“The breach of confidential information could also trigger legal and political risks regarding data privacy and confidentiality,” Fitch senior director Shannon McCue wrote.

Suffolk spokeswoman Marykate Guilfoyle said the county "believes it is well positioned to absorb any costs associated with this cyber intrusion. Lost revenues remain minimal, and as part of the restoration process, the county will be implementing several new security measures." 

New York State is said to be absorbing part of the costs, including new work stations for title searches that recently went online, according to a source with knowledge of the situation. Gov. Kathy Hochul's office didn't respond to questions about the help. 

Guilfoyle said with the county's continuity plan, "Additional services continue to be brought back online. The county’s team of cybersecurity experts is continuing their assessment to test and verify all systems."

Experts say the county appears to have taken the approach of replacing vital computer servers — potentially hundreds of them — and slowly relaunching thoroughly vetted platforms and data as soon as it can be assured it’s safe.

Costs can add up

The process is exhaustive and time-consuming and “just so expensive,” Nizich said. “It’s going to cost us a fortune.” Teams of tech consultants alone rack up costs quickly, often working overtime, and overnight. Pay can top $500 an hour, he said.

“The safe bet is to replace the entire system,” said Victor Congionti, chief executive of Proven Data, a Manhattan-based computer security firm that helps companies recover files and in some cases negotiate and pay ransom. Restoring a network as vast as Suffolk’s is a “pretty daunting task,” he said.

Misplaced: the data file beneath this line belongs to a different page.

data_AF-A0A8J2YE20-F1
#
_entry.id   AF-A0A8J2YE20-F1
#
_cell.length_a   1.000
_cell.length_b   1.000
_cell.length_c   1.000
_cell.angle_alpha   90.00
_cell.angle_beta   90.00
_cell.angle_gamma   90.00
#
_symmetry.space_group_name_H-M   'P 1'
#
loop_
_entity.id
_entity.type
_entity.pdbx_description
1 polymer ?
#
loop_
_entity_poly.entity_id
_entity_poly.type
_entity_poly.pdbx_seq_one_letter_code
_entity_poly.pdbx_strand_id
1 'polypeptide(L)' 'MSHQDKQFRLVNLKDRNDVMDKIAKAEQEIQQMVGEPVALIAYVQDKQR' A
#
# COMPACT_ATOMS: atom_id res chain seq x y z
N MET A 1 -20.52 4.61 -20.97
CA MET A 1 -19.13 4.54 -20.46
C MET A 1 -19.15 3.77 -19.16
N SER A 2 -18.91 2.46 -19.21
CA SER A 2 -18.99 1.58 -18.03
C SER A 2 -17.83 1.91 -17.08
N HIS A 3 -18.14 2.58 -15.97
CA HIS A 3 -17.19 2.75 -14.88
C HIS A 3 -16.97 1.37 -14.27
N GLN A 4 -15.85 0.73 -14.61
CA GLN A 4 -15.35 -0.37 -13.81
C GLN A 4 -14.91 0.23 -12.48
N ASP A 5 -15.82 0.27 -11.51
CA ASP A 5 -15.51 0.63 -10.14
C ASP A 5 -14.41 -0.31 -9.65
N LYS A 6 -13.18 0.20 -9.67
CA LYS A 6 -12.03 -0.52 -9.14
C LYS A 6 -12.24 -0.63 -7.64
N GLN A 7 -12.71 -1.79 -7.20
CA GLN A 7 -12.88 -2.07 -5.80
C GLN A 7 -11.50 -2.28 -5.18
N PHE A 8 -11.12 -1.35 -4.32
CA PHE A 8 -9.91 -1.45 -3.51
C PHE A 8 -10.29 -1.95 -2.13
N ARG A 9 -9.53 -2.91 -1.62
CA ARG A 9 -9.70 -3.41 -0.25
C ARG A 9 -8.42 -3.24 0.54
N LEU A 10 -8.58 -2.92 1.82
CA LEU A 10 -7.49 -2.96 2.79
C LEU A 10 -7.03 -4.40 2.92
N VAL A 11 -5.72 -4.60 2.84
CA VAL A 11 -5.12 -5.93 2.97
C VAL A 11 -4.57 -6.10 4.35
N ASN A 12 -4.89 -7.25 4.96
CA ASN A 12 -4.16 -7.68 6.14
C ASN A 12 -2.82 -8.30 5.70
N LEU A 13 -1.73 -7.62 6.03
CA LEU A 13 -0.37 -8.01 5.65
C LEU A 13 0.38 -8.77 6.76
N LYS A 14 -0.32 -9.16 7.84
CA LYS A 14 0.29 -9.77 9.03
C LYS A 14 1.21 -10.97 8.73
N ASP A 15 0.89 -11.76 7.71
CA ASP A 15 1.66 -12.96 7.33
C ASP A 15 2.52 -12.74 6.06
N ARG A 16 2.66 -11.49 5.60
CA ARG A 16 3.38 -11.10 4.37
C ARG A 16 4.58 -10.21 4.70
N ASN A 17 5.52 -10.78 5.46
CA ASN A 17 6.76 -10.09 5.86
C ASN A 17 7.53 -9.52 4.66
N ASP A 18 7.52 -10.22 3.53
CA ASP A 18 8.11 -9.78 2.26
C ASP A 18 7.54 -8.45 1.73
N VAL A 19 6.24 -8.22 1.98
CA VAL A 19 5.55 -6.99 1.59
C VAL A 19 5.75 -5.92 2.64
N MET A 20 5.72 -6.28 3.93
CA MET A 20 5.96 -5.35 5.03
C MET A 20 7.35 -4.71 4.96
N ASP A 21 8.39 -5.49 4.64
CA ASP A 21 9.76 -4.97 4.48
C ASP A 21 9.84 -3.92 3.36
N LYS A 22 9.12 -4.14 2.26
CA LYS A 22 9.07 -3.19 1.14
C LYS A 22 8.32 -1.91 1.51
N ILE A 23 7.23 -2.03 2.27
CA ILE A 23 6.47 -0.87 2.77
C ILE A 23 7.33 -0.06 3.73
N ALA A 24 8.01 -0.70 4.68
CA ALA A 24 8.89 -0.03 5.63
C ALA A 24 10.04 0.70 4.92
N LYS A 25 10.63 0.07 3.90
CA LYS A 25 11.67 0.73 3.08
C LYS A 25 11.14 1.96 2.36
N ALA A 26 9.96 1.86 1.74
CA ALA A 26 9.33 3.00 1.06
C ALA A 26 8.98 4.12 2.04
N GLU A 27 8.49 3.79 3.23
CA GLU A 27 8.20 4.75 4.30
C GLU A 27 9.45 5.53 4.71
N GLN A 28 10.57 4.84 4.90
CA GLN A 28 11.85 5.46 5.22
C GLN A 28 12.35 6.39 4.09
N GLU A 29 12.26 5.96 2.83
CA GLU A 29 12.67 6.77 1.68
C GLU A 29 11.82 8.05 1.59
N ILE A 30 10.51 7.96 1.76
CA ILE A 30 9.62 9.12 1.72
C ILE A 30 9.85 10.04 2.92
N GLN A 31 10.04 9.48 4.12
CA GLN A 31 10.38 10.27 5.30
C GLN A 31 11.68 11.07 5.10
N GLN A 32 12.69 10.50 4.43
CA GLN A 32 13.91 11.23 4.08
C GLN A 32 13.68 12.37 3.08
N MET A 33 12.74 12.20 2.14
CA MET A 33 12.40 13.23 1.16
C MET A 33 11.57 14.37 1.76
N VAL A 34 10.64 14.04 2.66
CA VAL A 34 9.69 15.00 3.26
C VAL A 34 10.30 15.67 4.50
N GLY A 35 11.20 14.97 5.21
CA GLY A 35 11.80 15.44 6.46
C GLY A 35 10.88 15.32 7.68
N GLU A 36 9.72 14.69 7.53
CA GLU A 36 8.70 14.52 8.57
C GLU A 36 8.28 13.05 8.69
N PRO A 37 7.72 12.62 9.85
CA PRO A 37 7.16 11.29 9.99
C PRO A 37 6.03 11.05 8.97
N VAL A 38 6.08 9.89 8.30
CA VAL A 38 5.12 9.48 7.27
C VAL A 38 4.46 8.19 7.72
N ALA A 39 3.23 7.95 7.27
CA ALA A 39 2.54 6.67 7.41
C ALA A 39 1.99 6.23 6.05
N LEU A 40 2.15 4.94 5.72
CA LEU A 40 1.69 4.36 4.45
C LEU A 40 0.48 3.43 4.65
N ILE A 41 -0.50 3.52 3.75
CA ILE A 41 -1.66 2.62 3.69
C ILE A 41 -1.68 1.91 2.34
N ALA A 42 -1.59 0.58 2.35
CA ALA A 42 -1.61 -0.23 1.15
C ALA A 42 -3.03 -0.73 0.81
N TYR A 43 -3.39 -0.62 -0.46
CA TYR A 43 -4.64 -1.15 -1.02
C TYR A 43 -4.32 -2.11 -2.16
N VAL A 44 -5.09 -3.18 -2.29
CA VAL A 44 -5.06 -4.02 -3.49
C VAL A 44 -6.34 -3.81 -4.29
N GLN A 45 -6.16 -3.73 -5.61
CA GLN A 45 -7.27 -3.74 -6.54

For affected systems, it’s “essentially starting from scratch. Do they have backups that are older so they at least have some data? They’d have to reimport all that data” after careful scrubbing to make sure it isn’t compromised.

“That’s why the majority of companies opt to pay the ransom, just to get back up and running as soon as possible,” Congionti said, “especially if that data is not replaceable.”

For that reason, questions about how well protected the Suffolk systems were at the time of the attack are certain to be raised anew.

For example, the Suffolk County Budget Review Office's 2022 report reviewing the proposed capital budget for 2023 noted that $1,277,579 out of a total of $2,707,000 that had been appropriated for the IT Department — to acquire equipment and system upgrades for a disaster recovery program — remained unspent. The report did not offer an explanation why.

Also, earlier this year, the county clerk’s office was repeatedly rebuffed in its attempts to upgrade its computer system, according to minutes of the county legislature’s Ways & Means Committee, which tabled the request several times.

Legis. Bridget Fleming (D-Noyack) was among those who advocated for approval.

“We can’t be vigilant enough about bad actors who want to jeopardize the work of government, and I felt the clerk’s request to upgrade her system was critically important,” said Fleming, a candidate for the House of Representatives. “I have been asking questions about security around computer systems for some time.”

Fleming, a former federal prosecutor, said the county is now “doing the careful job of migrating people back to a clean system to ensure they won’t be affected,” while her staff is being asked to “add back in profiles, one by one, into a system that’s new so it’s cleaned and being scanned regularly.”

“It’s important to exercise caution as we get things moving again,” she said.

With Sandra Peddie